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John Carney
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Macro that will remove duplicate strings in a cell using RegEx

This macro removes duplicate strings that occur consecutively. But how do I write it so that it removes all duplicate alphanumerics? In other words in this text it will remove the non-consecutive second occurrence of Text2 as well as both gratuitous occurrences of 33.

"Text1 33  33 Text2 44 Text3 55  Text2  33 "

Thanks,
John

(Dave, if you're reading this, I'm sure you will recognize your macro from quite a while ago!)


Sub LoseDupes()
Dim RegEx      As VBScript_RegExp_55.RegExp
Dim Myrange As Range, C As Range
    Set RegEx = New VBScript_RegExp_55.RegExp
    Set Myrange = ActiveSheet.Range("B3:B6")
    With RegEx
        .MultiLine = False
        .Global = True
        .IgnoreCase = True
        .Pattern = "\b(\w+)\b(\s+\1\b)+"
    End With
    For Each C In Myrange
        C.Offset(0, 1) = RegEx.Replace(C, "$1")
    Next
    Set Myrange = Nothing
    Set RegEx = Nothing
End Sub

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Microsoft Excel

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Last Comment
Terry Woods

8/22/2022 - Mon
Terry Woods

Try this:
Sub LoseDupes()
Dim RegEx      As VBScript_RegExp_55.RegExp
Dim Myrange As Range, C As Range
    Set RegEx = New VBScript_RegExp_55.RegExp
    Set Myrange = ActiveSheet.Range("B3:B6")
    With RegEx
        .MultiLine = False
        .Global = True
        .IgnoreCase = True
        .Pattern = "\b(\w+)\b(.*?)\b(\s+\1\b)+"
    End With
    For Each C In Myrange
        C.Offset(0, 1) = RegEx.Replace(C, "$1$2")
    Next
    Set Myrange = Nothing
    Set RegEx = Nothing
End Sub

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Terry Woods

Note that I changed both the pattern, and the replacement.
John Carney

ASKER
Thanks Terry, I had a feeling it would take both changes. The only problem now is that there will often be a comma between the two instances. Sometimes with words and other punctuation as well. I tried a bunch of variations but couldn't get it. How do I wtrite that?

Also, and this is probably much more complicated and might require a separate question, is it possible to to remove duplicates when:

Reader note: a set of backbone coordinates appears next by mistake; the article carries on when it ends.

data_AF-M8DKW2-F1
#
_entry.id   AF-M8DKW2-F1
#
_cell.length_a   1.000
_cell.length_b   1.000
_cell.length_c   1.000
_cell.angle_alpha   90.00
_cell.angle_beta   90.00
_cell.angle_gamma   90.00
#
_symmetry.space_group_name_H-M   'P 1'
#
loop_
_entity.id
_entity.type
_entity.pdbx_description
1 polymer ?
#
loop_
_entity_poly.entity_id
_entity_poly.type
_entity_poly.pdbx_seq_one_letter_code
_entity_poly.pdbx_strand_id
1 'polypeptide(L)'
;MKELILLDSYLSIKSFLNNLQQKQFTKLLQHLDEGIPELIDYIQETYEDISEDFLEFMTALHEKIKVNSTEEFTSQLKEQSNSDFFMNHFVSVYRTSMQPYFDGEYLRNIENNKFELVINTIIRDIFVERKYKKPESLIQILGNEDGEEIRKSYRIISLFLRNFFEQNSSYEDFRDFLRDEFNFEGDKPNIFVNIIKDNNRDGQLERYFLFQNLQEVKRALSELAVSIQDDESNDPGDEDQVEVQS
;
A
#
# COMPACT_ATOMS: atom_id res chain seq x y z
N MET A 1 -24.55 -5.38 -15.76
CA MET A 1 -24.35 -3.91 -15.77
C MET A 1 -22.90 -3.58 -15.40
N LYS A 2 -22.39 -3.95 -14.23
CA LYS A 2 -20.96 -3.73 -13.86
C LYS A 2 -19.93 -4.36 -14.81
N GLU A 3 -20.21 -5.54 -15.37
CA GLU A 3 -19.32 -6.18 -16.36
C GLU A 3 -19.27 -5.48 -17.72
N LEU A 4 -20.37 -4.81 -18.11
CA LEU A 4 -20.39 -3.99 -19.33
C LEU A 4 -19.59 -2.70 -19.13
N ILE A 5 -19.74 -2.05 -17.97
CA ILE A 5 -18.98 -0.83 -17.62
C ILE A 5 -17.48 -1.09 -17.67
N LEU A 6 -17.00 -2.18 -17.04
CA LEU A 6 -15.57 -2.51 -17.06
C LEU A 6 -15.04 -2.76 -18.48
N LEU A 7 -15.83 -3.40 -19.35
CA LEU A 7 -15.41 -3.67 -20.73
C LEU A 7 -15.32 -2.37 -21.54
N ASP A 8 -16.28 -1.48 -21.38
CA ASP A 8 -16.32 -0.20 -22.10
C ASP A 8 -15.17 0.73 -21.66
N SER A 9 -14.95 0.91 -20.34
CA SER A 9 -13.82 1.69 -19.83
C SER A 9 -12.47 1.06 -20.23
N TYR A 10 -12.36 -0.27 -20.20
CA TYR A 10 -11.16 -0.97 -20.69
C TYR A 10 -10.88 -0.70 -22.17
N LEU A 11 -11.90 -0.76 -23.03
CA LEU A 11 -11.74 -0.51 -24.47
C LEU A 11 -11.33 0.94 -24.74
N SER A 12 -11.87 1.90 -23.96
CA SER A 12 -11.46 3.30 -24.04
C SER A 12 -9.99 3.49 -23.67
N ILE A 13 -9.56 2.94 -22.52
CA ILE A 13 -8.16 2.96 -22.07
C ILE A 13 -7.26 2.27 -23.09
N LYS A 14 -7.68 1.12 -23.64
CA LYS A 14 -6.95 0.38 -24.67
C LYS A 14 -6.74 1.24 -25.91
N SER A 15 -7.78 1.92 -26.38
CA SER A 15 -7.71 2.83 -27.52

1) one is part of a larger word: as in 7ABCDEF, 7A
2) the number and the letter are in the same "word" but not adjacent: as in 7ABCDEF, 7C

Oh, and it will almost always be alphanumeric duplicates that I want to remove: 7A, 33D, etc.

Please don't spend much time on this. Just let me know if it's possible and then I'll post another question.

BTW, I'm still using a pattern you gave me last year and it still works great!

Thanks,
John
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John Carney

ASKER
Just to clarify there may or may not be a comma.
ASKER CERTIFIED SOLUTION
Terry Woods

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John Carney

ASKER
Thanks, Terry this is great. Here's a link to my followup question: https://www.experts-exchange.com/Software/Office_Productivity/Office_Suites/MS_Office/Excel/Q_27247528.html

Incidentally, I notice that all three of these work:
   .Pattern = "\b(\w+)\b(.*?)\b([\s,]+\1\b)+"
   .Pattern = "\b(\w+)\b(.*?)\b([\s,]?\1\b)+"
   .Pattern = "\b(\w+)\b(.*?)\b([\s,*]\1\b)+""

Are they really interchangeable? Or are there hidden deficiencies in the second and third?

And if I'm not pushing my luck (and please tell me if I am, I will gladly put this stuff in separate questions)), what is the function of the \1\? I tried other numbers and they either don't work at all or do things like remove all spaces.

And finally, what is the mechanism of "$1$2" in RegEx.Replace(C, "$1$2"). In trying to understand its function, I tried other numbers and that didn't tell me anything helpful.

Thanks,
John
 
Terry Woods

  .Pattern = "\b(\w+)\b(.*?)\b([\s,]?\1\b)+"

Doesn't require a leading space or comma before the 2nd occurrence, so it will match:
A7B #A7B 123
And give result:
A7B # 123

   .Pattern = "\b(\w+)\b(.*?)\b([\s,*]\1\b)+""

Will allow a leading * instead of a space or comma, but won't allow more than one of those characters (the + is removed), and still needs a word boundary before it, so it will match:
A7B ABC*A7B 123 or A7B ABC,A7B 123
And give result:
A7B ABC 123

But
A7B ABC, A7B 123
won't match unless you add the + back in. You might have meant to put the * outside the square brackets?

\1 is a backreference to the group captured by the round brackets, (\w+) so it detects a repeat of the word

$1 and $2 insert the first and second captured groups as a replacement, (\w+) and (.*?)


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